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Joey Lauzon’s 4 month year old son is fighting a rare form of cancer
Joey Lauzon’s 4 month year old son is fighting his own battle, after being diagnosed with a rare form of cancer neuroblastoma. Immediately following Joey’s birth it was discovered that he aspirated meconium and was having breathing problems. The doctors immediately transferred him to the neonatal care unit in hopes of stabilizing his condition. Although a chest X-ray revealed a mass, doctors believed that it was a normal finding.
Joey spent fours days in the NICU showing no signs of improvement. The neonatologist at South Bay Hospital then decided to order a consolation from Boston’s Children’s Radiology Department.
“When I looked at the images, I felt this was a pretty worrisome finding. There were subtle changes in his ribs, and his trachea was displaced and narrowed, which suggested the mass had been there for a long time,” says Ecklund. She recommended that Joey needed to transferred to Boston Children’s NICU.
“Our South Shore team did a wonderful job, but we were so happy to go to Boston Children’s, because we knew they could figure out whatever it was,” says Katelyn.
After a series of tests, including a MRI, CT and a biopsy, it was determined by doctors that he had an enlarged liver. An enlarged Liver is a very common finding in nueroblastoma a very rare cancer in infants.
Joey’s presentation didn’t fit the typical case, says Shusterman. “Neuroblastoma is about the last diagnosis we would expect in a baby with respiratory distress.” Later that evening, baby Joey’s oncologist confirmed Joey’s diagnosis—stage 4 neuroblastoma. A tumor the size of an adult fist was pushing on Joey’s spine. He was then started chemotherapy right away.’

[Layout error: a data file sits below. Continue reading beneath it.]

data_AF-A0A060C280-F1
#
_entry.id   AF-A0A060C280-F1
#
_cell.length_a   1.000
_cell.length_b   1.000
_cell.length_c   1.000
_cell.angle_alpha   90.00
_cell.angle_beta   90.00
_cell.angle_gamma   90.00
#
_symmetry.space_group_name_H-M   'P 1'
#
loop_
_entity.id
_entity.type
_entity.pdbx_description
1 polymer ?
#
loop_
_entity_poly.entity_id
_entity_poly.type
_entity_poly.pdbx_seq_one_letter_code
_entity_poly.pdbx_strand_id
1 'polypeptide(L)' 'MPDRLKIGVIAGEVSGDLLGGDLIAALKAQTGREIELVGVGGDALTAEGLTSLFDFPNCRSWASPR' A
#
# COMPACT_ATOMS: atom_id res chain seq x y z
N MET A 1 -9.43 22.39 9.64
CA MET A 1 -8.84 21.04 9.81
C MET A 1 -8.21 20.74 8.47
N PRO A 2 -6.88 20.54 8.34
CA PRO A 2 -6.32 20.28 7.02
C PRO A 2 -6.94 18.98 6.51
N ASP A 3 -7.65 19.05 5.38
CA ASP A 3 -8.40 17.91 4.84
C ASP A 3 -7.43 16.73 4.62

“We were upset about the diagnosis and also relieved that they decided to treat Joey right away,” says Katelyn.
After spending five weeks in Boston’s Children NICU, Joey received his first two rounds of chemotherapy. Meanwhile, Joe Lauzon and Katelyn then prepared themselves for a possibility of up to eight rounds of chemotherapy and maybe surgery after to remove the remaining tumor. Doctor’s have stated that Joey is stellar patient and he has responded very well to treatments.
In March doctors did a full body MIGB scan, it showed that the tumor had nearly disappeared. Giving Joe and Katleyn the great news that little Joey could now graduate from Chemotherapy.
“We’ll continue to follow him closely, and now Joey and his parents can get back to normal baby things,” says Shusterman.
“Having a baby is tough. Having a baby with cancer is tougher,” says Katelyn, who gave birth to Joey on January 12 at South Shore Hospital.
BY: Michelle Luce
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